Conspiracy Theories


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Arun Vajpey

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This is just silly trolling. Now that a lot of people are forced to remain home due to Lady Corona, some seek odd ways to entertain themselves.
 
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Mar 26, 2020
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This is just silly trolling. Now that a lot of people are forced to remain home due to Lady Corona, some seek odd ways to entertain themselves.
I was actually curious. I think what Miles suggests is a very intriguing idea. Certainly it is possible if no ship was actually going to sink to start with and if certain important people like Astor and Strauss wanted to disappear and retire in luxury with millions of insurance dollars. It is very common for large companies to defraud themselves and their investors.
 
Mar 26, 2020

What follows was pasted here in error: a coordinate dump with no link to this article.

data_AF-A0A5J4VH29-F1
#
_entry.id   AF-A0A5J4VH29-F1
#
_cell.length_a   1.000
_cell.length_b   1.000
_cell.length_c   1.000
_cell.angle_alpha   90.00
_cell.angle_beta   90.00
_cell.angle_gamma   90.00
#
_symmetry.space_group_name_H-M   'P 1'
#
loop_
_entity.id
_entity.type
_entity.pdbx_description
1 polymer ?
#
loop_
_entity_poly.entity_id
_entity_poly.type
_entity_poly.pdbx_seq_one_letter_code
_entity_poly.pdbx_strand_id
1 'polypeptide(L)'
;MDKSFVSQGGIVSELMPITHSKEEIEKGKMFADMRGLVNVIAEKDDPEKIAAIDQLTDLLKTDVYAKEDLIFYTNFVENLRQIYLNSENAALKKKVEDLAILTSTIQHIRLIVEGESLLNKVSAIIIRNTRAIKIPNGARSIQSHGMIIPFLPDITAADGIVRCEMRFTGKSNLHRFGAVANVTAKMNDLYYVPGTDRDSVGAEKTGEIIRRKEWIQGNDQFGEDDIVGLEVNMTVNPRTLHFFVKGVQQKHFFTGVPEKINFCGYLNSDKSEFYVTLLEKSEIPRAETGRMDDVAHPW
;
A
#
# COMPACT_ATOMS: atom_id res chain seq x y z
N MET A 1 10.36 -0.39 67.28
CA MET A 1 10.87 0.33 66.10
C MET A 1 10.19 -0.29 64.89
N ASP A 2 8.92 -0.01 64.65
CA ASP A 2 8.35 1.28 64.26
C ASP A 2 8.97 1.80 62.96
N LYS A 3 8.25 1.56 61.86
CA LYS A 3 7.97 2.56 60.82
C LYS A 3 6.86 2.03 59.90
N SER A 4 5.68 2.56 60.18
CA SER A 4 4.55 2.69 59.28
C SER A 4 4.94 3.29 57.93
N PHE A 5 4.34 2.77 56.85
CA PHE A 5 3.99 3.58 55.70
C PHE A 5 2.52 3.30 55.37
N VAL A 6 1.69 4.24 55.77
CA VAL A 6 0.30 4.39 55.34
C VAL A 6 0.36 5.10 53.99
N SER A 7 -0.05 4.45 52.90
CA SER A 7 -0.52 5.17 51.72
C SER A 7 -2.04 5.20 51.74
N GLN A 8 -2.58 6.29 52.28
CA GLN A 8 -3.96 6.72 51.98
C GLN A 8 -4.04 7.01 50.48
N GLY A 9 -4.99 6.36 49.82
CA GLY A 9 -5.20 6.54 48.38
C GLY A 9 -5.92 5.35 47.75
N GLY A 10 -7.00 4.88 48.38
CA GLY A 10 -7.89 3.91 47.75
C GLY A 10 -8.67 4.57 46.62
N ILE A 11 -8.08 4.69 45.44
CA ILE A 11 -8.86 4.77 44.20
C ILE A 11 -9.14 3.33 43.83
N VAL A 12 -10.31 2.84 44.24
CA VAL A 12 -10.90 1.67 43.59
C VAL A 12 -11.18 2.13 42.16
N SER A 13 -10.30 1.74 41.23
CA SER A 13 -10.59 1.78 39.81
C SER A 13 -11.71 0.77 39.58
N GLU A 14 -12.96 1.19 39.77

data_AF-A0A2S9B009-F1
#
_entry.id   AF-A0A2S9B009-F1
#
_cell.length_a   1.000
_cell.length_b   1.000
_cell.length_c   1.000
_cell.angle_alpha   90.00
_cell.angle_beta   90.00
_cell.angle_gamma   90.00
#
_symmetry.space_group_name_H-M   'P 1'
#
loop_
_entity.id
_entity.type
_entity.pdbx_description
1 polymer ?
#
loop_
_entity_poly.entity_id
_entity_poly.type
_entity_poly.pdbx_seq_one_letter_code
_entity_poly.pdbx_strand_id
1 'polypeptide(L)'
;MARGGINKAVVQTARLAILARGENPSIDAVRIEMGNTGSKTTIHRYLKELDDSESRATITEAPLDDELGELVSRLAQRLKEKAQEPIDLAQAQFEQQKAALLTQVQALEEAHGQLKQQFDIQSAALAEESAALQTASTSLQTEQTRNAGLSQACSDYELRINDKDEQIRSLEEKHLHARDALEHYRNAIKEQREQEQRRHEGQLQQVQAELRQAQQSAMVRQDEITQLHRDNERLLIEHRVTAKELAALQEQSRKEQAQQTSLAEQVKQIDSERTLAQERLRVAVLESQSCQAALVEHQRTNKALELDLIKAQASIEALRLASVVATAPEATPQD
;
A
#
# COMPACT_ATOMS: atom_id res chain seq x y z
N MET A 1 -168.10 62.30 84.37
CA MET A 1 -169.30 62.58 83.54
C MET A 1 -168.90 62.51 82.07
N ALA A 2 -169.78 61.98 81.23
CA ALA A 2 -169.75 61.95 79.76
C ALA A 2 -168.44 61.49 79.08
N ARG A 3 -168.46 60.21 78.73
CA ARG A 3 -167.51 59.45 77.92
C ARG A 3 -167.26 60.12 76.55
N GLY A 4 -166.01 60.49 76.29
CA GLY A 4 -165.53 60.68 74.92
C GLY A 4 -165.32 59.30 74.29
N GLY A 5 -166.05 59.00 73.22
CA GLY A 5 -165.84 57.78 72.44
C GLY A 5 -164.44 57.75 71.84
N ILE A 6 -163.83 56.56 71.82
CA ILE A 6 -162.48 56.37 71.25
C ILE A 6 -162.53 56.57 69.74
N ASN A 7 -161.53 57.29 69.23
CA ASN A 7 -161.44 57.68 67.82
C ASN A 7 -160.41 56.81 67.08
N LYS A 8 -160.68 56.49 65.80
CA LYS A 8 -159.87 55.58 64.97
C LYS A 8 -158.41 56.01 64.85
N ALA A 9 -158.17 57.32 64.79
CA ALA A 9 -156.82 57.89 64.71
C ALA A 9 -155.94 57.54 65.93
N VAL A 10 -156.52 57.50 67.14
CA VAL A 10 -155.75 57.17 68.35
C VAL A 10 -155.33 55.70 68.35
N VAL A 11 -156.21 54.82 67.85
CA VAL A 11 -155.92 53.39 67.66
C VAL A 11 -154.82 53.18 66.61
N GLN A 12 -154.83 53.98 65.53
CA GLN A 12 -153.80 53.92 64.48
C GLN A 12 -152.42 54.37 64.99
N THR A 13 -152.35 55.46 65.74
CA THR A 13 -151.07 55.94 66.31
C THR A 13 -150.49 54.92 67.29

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"We are told the Carpathia rescued 705 people from the Titanic, so at this point in the investigation we may guess that would be that was all that were ever onboard. Minus 212 crew, that would be 493 passengers, which sounds about right. Since this was a managed event, either the passenger lists were faked, the crew list was faked, or both. The Carpathia list was probably also faked, since that ship was part of the hoax. It may have picked up more than 705 [or none]. The Titanic lists could be padded in several ways, which we have seen in more recent hoaxes. They could include people that had recently died from other causes, so we should look for a preponderance of elderly onboard. They could include the names of agents throughout the world who needed to disappear as part of their cover that year. And they could include names simply made up from scratch. These made-up names often include some sort of inside joke.